The city’s Dominican and Peruvian parade organizations combined raised $296,126 in 2013, according to Internal Revenue Service (IRS) filings.
2013 IRS filings for Desfile Dominicano de New Jersey, the group that puts on the Dominican parade, reported revenue of $149,246. Similarly, the Peruvian Parade reported $146,880, according to IRS records.
These numbers would suggest, the two groups would be able to cover 40-percent of police and public works costs the city incurs during each of the parades. “We don’t get that money and besides we have to pay so many things,” said Carlos Tello, president of the Peruvian parade. He said the group has to pay for license, police, and other things.
Tello said the parade is not put on for business. We put on the parade in order to keep our culture in the minds of our people, said Tello.
“We don’t make that money that they said,” remarked Tello when mentioned his organization collected more than $140,000 in 2013. He said that number is “totally wrong.” When told the number is from his organization’s IRS filing, Tello said expenses have to be subtracted from that number.
“We spend at least $120,000-$130,000,” said Tello. His group spent $125,000 that year from the total raised leaving the group with a leftover of $21,819. The Dominican parade raised $149,246 and spent $146,247 leaving $2,999.
City officials suspect the groups are making money through floats and sponsorships. Tello said his group is a non-profit and all money is expended towards the parade. He said in 2014 the group raised around $100,000.
Tello said he would provide 2014 IRS filings in two hours, but in a follow-up call he did not respond.
“We don’t have the parade to make money. The money we make we put it back into the parade,” said Elsa Mantilla, president of the Dominican parade.
Kenneth Morris, councilman at-large, reviewed the two groups IRS filings, and said he would like to see cost breakdowns. The Dominican parade for example has all its expenses in three broad categories without much details. “We need to see an expense schedule if these organizers are going to take the position that they cannot afford this therefore they automatically qualify for the 60-percent subsidy. Where’s your schedule of expenses?”
The subsidy requires the groups to demonstrate “documented” financial hardship, according to the measure before the city council.
Mantilla said she understands the city is in financial straits and does not oppose the imposition of fees, but she said her group has already prepared for this year and may not be able to afford to pay.
“If we begin to work this year for next year we may do some adjustments,” she said. She said she does not have issues with the fees, but the group needs time to raise money.
“It’s not fair to do this at this time because we’ve organized everything for 2015,” added Tello. His group plans to protest against the measure tonight in city hall.
Andre Sayegh, 6th Ward councilman, said the city is asking the parades to fork up additional cash in the “11th hour.”
He said the groups should be given time to raise funds to pay the city. “Maybe we should give them a little bit more time, but somehow we have to push them to pay the city,” concurred Mohammed Akhtaruzzaman, 2nd Ward councilman.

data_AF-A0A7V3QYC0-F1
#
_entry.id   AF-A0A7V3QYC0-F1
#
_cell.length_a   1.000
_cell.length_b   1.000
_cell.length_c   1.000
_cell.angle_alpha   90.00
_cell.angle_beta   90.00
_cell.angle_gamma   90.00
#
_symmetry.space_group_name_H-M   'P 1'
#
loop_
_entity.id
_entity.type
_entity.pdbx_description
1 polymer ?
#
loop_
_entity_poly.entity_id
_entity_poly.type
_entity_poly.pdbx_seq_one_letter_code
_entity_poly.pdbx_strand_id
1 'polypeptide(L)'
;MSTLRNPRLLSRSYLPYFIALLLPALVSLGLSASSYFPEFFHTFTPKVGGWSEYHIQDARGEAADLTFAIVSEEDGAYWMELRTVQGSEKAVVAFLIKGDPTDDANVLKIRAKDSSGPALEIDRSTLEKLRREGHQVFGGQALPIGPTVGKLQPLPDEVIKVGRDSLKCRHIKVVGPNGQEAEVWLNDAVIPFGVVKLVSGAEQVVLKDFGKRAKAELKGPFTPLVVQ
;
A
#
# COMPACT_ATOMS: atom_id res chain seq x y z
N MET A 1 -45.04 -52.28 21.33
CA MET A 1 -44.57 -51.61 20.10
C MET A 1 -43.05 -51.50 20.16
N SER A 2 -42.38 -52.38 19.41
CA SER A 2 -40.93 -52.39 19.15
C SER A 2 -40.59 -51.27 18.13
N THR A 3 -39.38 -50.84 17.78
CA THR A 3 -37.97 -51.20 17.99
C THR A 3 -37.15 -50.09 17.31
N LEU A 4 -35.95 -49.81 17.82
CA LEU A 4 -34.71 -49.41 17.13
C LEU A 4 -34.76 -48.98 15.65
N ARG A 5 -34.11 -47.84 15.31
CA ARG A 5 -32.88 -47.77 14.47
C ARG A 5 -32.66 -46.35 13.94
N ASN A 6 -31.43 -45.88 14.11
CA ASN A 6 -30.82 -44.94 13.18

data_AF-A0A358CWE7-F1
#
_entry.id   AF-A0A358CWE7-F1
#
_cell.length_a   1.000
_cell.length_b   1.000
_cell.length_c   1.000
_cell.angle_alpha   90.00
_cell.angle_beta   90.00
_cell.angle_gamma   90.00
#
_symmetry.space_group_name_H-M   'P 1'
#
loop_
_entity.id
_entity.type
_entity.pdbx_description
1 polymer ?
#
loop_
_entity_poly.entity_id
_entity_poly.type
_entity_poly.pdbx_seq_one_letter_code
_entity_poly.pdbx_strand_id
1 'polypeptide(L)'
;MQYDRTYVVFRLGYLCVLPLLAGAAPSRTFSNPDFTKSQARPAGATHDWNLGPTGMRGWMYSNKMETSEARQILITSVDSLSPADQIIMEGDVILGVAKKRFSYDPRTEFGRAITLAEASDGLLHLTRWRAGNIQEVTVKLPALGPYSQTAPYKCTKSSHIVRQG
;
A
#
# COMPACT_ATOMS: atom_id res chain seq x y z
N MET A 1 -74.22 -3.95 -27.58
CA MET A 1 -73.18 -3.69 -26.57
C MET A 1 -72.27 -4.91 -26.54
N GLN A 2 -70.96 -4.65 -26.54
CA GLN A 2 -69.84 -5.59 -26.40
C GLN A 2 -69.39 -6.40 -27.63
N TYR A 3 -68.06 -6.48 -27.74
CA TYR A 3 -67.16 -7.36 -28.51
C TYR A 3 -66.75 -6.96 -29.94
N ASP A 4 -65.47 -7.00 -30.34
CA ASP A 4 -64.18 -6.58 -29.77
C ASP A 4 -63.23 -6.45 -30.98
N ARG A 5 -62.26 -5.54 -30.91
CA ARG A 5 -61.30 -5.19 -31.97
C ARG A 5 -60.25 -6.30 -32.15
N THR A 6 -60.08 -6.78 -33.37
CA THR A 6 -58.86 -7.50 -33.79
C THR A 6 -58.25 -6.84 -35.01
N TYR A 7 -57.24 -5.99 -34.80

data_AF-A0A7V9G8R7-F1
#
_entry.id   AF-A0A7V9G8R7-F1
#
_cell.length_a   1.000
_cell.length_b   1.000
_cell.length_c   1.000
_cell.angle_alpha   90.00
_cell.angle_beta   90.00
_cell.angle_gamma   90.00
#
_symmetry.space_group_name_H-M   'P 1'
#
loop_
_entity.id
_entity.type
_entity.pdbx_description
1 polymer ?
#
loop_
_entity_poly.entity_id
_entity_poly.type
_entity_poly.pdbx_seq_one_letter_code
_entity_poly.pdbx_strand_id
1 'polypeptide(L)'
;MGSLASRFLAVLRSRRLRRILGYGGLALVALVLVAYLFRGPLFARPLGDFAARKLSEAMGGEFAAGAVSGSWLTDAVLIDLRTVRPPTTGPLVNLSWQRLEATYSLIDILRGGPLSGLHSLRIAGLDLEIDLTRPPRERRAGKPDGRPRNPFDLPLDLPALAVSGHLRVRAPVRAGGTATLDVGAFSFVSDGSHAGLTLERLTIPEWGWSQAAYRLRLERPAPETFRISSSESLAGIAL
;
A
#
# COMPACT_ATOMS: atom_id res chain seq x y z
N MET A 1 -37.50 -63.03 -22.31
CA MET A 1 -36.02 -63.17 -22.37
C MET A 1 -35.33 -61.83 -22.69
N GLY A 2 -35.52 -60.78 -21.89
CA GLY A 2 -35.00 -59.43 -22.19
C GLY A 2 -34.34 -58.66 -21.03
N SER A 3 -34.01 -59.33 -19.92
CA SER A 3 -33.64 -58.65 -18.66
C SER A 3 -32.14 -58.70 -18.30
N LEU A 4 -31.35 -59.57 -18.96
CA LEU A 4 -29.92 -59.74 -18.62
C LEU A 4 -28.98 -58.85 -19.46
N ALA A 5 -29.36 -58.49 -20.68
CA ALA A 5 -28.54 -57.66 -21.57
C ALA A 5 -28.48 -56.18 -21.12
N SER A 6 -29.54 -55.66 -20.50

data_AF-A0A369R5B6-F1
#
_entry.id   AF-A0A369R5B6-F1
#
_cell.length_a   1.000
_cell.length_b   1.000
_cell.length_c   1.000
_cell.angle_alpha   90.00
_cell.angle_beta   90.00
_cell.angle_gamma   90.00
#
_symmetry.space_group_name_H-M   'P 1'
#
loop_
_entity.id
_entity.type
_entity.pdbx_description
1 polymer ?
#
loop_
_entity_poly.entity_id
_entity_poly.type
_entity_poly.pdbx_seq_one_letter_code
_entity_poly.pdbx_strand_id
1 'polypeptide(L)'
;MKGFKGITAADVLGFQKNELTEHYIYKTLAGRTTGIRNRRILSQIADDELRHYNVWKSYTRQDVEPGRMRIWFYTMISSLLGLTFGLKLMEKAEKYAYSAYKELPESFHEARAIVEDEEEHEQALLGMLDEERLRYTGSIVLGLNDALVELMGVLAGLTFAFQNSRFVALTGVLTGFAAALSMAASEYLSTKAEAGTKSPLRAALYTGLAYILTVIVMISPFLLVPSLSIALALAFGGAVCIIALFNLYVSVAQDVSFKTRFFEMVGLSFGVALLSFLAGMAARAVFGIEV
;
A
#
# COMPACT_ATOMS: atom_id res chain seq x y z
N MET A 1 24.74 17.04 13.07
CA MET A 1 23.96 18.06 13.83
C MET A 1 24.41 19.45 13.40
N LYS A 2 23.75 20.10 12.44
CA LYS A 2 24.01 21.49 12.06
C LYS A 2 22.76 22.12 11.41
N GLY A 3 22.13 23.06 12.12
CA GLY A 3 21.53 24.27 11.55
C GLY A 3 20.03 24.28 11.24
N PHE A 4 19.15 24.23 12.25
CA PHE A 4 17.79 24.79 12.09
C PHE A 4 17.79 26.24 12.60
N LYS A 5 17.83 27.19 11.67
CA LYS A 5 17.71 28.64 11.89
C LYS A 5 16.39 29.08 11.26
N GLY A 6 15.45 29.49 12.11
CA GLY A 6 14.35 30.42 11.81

“The mayor can’t hold a gun to their heads and force them pay this late in the parade season,” said Sayegh.
Mayor Jose “Joey” Torres in a statement said the parade fee discussions have been happening for the past three years. He said parade organizers and city officials have been discussing it before he came into city hall for a third term.
Torres revised the formula for fees on Monday stating the city is willing to shoulder 70-percent of the costs and leave the rest, 30-percent, to the organizers. Prior to Monday, city officials, at the behest of the state, were attempting to force the groups to pay 40-percent of the costs which would cost Peruvian parade organizers $37,344 and Dominican parade organizers $50,544, according 2015 city estimates.
The Dominican parade will cost the city $126,360 in police and public works costs in 2015. The Peruvian will cost $93,360, according to city estimates. City police keep peace at the parades that are attended by thousands of people while public works crew clean up after the parade passes.
If the two groups end up paying 30-percent, the Peruvians will pay $28,008 and the Dominicans $37,908.
Sayegh suggested the city use special police officers to keep costs down. He said the special police was created for crowd control and other functions currently regular police perform during parades.
Using specials is an option, said Torres. Organizers can also create savings by analyzing parade length, routes, and closing less streets to minimize use of police and public works to create savings, said the mayor.
Morris said city officials still have to figure out how to calculate the fees to collect from organizers and how to award subsidies. The calculations will be done using historical costs, said city officials.
Mantilla said there’s a real prospect the parade may be canceled, but she said she understands the city has little choice but to pass it after being mandated to do so by the state for three years.
“Joey is pro parade,” said Mantilla of the mayor. “The point is now he has that situation: the DCA [New Jersey Department of Community Affairs] says they must charge us some money.”